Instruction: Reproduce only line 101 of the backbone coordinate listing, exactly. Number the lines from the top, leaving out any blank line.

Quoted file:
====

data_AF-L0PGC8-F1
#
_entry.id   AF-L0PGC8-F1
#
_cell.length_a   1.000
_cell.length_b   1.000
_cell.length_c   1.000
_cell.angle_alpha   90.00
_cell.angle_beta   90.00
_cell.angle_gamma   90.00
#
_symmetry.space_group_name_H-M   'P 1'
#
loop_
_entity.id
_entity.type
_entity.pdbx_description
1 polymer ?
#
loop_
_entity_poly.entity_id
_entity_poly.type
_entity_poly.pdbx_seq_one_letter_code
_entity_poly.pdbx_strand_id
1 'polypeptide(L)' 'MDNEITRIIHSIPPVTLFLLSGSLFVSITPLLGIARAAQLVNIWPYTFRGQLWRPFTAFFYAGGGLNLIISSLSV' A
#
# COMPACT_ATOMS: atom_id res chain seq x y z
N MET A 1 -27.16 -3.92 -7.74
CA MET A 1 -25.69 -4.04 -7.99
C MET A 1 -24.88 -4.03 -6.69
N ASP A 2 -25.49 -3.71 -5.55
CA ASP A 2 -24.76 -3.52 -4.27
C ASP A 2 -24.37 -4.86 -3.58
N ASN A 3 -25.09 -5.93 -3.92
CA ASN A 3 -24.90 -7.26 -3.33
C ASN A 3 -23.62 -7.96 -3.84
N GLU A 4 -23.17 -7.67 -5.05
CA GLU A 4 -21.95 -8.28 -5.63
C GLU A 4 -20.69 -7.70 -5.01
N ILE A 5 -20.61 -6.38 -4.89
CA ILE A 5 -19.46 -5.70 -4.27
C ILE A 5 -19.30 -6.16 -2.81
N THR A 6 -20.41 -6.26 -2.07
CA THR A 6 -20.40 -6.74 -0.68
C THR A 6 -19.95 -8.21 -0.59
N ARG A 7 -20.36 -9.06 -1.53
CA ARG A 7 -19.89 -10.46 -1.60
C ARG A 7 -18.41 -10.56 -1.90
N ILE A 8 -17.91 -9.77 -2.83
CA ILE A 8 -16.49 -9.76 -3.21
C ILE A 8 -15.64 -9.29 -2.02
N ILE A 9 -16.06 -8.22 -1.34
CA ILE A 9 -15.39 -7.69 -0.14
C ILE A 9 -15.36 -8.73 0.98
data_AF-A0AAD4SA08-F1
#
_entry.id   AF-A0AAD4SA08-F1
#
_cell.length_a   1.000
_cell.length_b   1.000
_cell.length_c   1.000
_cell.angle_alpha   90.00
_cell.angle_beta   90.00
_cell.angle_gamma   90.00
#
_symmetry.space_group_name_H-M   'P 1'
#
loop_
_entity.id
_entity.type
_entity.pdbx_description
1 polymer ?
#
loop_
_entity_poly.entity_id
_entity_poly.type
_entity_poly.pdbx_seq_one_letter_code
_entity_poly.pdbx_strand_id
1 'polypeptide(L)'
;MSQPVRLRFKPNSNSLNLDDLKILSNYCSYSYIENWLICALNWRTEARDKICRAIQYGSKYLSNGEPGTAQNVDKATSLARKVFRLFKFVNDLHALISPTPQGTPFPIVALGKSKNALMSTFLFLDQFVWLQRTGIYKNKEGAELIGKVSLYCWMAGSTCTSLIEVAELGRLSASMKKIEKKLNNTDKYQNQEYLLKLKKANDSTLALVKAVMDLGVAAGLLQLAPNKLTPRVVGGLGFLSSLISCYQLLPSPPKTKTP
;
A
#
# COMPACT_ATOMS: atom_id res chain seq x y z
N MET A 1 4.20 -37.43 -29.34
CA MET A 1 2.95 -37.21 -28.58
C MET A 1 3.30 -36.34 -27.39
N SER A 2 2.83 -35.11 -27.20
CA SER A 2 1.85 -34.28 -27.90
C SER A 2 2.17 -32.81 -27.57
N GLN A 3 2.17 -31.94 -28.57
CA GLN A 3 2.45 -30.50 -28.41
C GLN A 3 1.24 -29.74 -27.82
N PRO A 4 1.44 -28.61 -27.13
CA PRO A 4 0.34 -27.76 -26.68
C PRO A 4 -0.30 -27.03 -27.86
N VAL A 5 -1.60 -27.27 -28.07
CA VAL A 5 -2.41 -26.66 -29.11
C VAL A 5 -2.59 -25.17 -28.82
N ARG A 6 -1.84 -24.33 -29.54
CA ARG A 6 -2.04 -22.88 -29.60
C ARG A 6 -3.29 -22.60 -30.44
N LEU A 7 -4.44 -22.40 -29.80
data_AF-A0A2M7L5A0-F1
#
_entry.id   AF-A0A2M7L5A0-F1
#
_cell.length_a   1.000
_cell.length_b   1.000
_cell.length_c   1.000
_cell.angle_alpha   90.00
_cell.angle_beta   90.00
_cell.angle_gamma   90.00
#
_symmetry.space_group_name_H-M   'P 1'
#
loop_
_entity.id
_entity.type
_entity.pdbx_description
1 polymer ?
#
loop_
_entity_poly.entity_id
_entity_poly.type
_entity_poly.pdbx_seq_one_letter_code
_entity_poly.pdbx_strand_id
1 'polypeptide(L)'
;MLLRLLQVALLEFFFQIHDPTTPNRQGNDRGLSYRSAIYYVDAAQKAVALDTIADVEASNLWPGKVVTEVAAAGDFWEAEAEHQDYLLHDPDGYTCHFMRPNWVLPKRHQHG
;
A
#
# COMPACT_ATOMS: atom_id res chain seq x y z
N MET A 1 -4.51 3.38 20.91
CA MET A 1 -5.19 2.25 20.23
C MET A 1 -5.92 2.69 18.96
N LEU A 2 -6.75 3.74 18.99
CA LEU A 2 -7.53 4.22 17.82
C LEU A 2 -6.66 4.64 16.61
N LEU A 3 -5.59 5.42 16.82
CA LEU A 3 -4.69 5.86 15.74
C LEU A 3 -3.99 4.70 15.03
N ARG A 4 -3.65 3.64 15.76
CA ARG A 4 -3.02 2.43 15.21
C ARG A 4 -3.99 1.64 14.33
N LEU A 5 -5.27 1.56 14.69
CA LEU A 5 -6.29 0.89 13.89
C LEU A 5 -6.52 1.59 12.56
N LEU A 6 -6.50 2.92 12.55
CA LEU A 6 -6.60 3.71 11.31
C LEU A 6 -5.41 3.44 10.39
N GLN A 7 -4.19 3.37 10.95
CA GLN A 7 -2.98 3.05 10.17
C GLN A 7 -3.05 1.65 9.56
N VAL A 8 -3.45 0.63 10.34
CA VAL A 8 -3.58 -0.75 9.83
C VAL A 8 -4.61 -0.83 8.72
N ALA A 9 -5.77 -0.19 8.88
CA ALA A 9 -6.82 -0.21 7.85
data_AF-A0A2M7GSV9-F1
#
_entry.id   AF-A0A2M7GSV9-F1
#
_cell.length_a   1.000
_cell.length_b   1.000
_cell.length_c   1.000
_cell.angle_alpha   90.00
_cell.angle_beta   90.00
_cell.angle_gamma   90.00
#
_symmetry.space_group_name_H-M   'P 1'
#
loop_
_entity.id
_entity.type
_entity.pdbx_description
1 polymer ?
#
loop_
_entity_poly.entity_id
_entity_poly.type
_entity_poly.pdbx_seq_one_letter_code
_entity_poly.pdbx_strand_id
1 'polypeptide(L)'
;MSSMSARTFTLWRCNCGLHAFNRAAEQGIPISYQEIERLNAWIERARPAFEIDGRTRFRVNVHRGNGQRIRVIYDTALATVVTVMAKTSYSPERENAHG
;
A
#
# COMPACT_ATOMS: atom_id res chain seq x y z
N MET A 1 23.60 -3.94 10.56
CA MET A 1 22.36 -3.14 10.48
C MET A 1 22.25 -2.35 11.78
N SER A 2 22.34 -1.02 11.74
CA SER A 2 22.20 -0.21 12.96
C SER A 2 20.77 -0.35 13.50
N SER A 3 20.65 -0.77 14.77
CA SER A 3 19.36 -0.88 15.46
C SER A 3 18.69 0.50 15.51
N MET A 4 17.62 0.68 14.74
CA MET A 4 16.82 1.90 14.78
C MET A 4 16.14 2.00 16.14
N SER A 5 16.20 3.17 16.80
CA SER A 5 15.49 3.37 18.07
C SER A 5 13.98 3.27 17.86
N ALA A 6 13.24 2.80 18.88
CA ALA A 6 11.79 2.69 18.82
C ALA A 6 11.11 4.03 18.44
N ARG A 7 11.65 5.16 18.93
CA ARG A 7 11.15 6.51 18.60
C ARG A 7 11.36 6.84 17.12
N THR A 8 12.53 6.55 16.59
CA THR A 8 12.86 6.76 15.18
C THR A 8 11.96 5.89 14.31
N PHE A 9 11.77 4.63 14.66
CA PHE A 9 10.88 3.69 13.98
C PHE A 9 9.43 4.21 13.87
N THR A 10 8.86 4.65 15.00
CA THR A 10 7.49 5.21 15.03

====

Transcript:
CA ARG A 6 -2.04 -22.88 -29.60